Baylor takes action through prayer

Dr. Burt Burleson leads a prayer with a group of gathered students and faculty. Will Barksdale | Lariat Photographer

Savannah Cooper | Staff Writer

President Linda Livingstone challenged the Baylor community to respond to the darkness in our nation and world with prayer.

Elliston Chapel, Bobo Spiritual Life Center and the second floor of Robinson Tower were all places of prayer opportunity for the Baylor community Friday. Elliston Chapel located at the corner of 3rd and Bagby in East Village had services at 8:30 a.m. and Noon.

Led by University Chaplain Burt Burleson and Coordinator of Worship Initiatives Carlos Colón, the services opened with singing collectively “I want Jesus to walk with me” and immediately set a tone of compassion, forgiveness and love.

“Our faith is a faith that lives in the body,” Colón said. “Our Lord was incarnate, He came in the flesh and his presence in the flesh on Earth and his continued presence is a challenge to live our faith in the body and pray together in the body.”

Lubbock freshman Evelynne Morris said she was moved to come and experience what Elliston Chapel will offer her.

“I received the email and was wondering how the prayer service was gonna be here at Elliston Chapel,” Morris said. “I knew some of my friends weren’t able to go, so I decide to just go by myself.”

After experiencing her first responding in prayer, she realized that this is something we all should be doing during at time like this.

“I think we definitely need to be in the church experiencing God,” Morris said. “This is a time when people need to realize that we need to combine together to create some American grace.”

Truett Seminary graduate student David Ko recognized the value of this time for Christians to unify in His name.

“I think it’s very important during this time to just come together and agree in that name saying that we are one regardless of what the world may think about us,” Ko said. “It brings us out of our own corners and actually prompts us to proactively life out the faith as well.”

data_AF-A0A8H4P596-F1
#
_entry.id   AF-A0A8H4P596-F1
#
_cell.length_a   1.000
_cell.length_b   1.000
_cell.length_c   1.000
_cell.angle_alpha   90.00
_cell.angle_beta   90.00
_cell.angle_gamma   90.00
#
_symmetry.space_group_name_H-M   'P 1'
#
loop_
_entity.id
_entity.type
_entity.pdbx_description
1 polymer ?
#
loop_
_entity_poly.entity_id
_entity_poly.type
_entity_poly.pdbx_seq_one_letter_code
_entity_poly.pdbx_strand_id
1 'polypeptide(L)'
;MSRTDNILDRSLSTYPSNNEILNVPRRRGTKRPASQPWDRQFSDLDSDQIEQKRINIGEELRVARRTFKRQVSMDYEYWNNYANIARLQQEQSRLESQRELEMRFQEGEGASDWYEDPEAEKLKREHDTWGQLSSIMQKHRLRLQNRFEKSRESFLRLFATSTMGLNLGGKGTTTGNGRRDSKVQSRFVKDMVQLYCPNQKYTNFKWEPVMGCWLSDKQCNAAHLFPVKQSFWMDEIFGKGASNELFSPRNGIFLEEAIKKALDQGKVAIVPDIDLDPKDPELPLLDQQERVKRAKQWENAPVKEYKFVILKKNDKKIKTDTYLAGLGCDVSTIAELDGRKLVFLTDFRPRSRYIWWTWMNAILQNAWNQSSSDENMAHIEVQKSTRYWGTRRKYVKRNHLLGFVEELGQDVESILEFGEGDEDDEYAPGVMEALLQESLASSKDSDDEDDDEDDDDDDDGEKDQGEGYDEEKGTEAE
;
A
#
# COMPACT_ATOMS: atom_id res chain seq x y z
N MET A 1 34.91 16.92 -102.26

There were for specific prayers for those experiencing violence and hate and for peace in the world.

“We remember especially today our sisters and brothers who have suffered violence -and death- in Charlottesville, Virginia, and in Speegleville, Texas,” the responding to prayer guide said.

Last Tuesday, Willow Grove Baptist Church’s fellowship hall was vandalized with the word Satan, Swastika Nazi symbol and the name of the current President of the United States. The words were written ketchup and mustard and found by their Pastor Kenneth McNeil after seeing damaged doors.

McNeil is a Truett alum who spoke gave a speech that denounced the acts as hate driven, but also sent a message of forgiveness.

Colón said he was proud by how McNeil responded to the church vandalism.

“To me, Pastor McNeil’s response of forgiveness and love while yet being clear that this is wrong,” Colón said. “That response embodies the gospel of Jesus Christ.”

Colón highlighted how responding in prayer and shedding light on such dark times is of greater importance than social media posting.

“To reach out and touch and also to be present to one another in person, and not diminish our responses and our duties to hashtags and just postings,” Colón said.

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